What Does a Production Planner Do?
Production planners use their knowledge of efficiency to run the day-to-day processes in a manufacturing organization. They review and distribute production schedules; coordinate the workflow of materials; liaise with department supervisors regarding the progress of work; and prepare reports on inventory levels, costs, and more. The chart below highlights some of the requirements of a production planner.
|Education Requirements||High school diploma, bachelor's degree preferred|
|Training Requirements||On-the-job and also under the guidance of experienced workers|
|Skills Requirements||Problem-solving, decision-making, critical thinking, time management, listening|
|Projected Job Growth (2018-2028)*||4-6% (Production, Planning, and Expediting Clerks)|
|Average Yearly Salary (2018)**||$57,600|
Sources: *U.S. Bureau of Labor Statistics, **Payscale.com
Production Planner Duties
Production planners must ensure that products are ready to ship on time, which requires them to wear a variety of hats. One of their primary job duties is to review schedules to determine materials or personnel requirements. They must check the inventory and act quickly if there is a shortage of supplies that can result in delays. In such circumstances, production planners often confer with other departments or vendors and customers and accordingly make changes to the schedule. Additionally, the job necessitates a substantial amount of documentation, and planners must prepare reports and documents related to production, transportation, maintenance, and labor. Production planners might also be responsible for tasks like:
- Oversee truck loading and unloading
- Make inventory counts
- Delegate duties to warehouse workers
- Recommend and implement more efficient production techniques
- Maintain relationships with suppliers
- Buy materials for production (boxes, wrap, labels, etc)
Production Planner Education and Certification Requirements
As per the Bureau of Labor Statistics (BLS), 36 percent of production, planning, and expediting clerks have a high school diploma. However, many employers look for applicants with an undergraduate degree or years of experience. While an undergraduate degree may not be explicitly required, certification or coursework may boost the chances of employment. Prospective production planners can try for the American Production and Inventory Control Society's (APICS) Certified in Production and Inventory Management (CPIM) credential or an associate's degree in inventory management. Higher supervisory posts may require a major in an area such as logistics and supply chain management. Employers may also look favorably upon candidates who have previous work experience in production. Individuals new to these kinds of jobs typically get the required training on the floor and under the supervision of experienced colleagues.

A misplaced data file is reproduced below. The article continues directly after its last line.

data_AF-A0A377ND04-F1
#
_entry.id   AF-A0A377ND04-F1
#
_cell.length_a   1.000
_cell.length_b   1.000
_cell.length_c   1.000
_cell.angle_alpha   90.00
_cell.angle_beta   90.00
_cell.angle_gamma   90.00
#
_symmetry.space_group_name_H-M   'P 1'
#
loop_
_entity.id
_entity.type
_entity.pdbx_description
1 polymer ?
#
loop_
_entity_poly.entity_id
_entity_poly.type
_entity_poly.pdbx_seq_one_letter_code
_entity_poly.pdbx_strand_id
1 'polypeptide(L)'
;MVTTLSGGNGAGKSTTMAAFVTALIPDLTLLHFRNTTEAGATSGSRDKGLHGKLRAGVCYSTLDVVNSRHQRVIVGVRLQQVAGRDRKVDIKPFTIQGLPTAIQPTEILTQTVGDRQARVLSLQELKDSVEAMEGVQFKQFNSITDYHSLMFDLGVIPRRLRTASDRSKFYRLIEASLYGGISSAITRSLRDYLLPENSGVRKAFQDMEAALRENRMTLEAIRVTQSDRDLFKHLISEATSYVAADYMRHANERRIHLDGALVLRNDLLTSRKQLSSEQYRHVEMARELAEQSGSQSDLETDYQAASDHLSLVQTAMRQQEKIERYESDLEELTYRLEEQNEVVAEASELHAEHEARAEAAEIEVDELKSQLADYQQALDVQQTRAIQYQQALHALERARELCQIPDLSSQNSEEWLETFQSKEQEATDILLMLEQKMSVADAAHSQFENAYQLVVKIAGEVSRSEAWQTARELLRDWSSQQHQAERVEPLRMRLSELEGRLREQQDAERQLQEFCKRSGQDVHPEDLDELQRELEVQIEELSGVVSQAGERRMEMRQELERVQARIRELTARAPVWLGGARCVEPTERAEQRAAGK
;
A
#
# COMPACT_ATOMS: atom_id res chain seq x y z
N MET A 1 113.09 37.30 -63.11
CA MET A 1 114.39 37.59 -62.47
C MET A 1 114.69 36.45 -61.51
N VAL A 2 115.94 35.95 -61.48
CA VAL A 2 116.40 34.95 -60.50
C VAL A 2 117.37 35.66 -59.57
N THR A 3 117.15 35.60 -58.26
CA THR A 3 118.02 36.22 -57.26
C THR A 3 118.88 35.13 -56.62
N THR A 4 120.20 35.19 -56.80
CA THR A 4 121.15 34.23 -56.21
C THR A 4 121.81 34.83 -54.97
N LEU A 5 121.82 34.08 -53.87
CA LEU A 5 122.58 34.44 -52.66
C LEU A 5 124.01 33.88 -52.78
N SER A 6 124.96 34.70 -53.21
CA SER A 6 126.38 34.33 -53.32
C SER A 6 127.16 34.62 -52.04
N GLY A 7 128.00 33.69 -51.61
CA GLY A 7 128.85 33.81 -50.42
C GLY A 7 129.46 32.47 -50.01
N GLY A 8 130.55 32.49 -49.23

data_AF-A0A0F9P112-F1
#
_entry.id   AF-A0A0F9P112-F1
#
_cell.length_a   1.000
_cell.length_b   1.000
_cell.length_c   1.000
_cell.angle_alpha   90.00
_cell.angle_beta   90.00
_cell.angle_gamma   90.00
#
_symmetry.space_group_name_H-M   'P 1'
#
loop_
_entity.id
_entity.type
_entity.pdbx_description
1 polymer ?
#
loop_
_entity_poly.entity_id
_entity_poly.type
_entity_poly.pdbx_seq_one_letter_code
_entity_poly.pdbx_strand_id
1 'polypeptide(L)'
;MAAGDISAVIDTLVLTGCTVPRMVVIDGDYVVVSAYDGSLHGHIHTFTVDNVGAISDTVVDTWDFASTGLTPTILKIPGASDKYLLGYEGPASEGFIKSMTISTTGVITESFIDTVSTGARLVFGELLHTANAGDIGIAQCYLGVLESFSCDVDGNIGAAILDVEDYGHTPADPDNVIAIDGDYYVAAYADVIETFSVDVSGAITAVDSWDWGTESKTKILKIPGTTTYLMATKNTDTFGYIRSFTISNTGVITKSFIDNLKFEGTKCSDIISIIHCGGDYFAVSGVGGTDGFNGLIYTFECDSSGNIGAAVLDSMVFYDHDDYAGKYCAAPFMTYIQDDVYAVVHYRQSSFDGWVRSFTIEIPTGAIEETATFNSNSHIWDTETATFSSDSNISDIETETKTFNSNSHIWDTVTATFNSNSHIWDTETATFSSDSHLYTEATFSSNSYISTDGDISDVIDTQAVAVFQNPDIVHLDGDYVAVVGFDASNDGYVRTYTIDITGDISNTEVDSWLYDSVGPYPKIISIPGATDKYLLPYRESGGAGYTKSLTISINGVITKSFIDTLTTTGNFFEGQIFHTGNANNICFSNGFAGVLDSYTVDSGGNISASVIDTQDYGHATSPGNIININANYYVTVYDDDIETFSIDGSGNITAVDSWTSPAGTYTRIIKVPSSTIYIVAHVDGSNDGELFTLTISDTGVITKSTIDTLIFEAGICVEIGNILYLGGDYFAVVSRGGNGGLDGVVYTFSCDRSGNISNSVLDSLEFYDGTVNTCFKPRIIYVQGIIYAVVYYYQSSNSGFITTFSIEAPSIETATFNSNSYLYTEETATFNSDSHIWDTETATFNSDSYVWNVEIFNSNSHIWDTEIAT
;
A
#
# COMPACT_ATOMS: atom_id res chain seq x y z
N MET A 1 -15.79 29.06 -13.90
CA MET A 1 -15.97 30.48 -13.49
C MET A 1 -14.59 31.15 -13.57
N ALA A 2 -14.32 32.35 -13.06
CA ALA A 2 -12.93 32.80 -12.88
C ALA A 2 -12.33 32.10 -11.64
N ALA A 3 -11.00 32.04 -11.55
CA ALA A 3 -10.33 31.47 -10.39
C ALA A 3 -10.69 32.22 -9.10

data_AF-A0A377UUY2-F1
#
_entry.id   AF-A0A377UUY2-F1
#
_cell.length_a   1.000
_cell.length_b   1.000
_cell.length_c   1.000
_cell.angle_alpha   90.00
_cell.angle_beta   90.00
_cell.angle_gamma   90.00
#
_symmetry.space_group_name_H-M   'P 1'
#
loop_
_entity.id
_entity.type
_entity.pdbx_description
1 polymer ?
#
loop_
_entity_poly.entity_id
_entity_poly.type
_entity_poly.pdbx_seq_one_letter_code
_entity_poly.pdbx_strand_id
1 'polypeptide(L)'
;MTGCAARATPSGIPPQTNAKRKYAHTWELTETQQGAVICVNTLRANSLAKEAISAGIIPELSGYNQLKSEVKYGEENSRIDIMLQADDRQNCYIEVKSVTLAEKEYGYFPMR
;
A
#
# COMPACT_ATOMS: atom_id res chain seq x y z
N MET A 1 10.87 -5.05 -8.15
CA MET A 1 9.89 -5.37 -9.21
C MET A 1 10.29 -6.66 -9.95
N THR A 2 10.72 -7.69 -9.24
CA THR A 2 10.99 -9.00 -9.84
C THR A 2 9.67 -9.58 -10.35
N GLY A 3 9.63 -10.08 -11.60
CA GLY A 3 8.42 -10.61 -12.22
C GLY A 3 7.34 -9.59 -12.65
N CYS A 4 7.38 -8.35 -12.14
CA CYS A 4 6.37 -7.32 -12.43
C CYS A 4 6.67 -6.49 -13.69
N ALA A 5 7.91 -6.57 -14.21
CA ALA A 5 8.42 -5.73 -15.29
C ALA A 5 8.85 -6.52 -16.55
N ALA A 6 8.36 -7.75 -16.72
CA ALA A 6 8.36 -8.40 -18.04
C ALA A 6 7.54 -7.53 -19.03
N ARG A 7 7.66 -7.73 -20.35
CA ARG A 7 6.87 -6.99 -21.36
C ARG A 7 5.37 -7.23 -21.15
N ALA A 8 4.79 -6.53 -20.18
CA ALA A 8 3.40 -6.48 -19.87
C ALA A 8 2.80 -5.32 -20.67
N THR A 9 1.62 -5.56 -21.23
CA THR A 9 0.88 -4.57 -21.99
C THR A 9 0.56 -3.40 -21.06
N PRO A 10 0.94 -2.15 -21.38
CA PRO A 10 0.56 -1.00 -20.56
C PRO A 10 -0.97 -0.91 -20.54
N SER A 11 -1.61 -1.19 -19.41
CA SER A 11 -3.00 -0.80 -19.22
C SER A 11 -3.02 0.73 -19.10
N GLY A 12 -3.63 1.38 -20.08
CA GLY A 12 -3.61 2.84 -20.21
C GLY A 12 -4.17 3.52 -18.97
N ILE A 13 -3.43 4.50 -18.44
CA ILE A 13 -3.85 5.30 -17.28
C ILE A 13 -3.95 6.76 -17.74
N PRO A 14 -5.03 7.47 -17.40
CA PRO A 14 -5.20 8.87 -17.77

Production Planner Job and Salary Outlook
According to Payscale.com, production planners earn an average annual wage of $57,600. The BLS lists the growth rate for production, planning, and expediting clerks at 4-6 percent for the period 2018-2028. Salary growth is directly related to time on the job. A sample survey conducted by Payscale.com reports that production planners with one to four years of experience earn an average yearly salary of $52,698 and a professional with six to nine years $60,342. A planner with 10-19 and 20 plus years of experience made average annual wages of $63,574 and $65,873, respectively.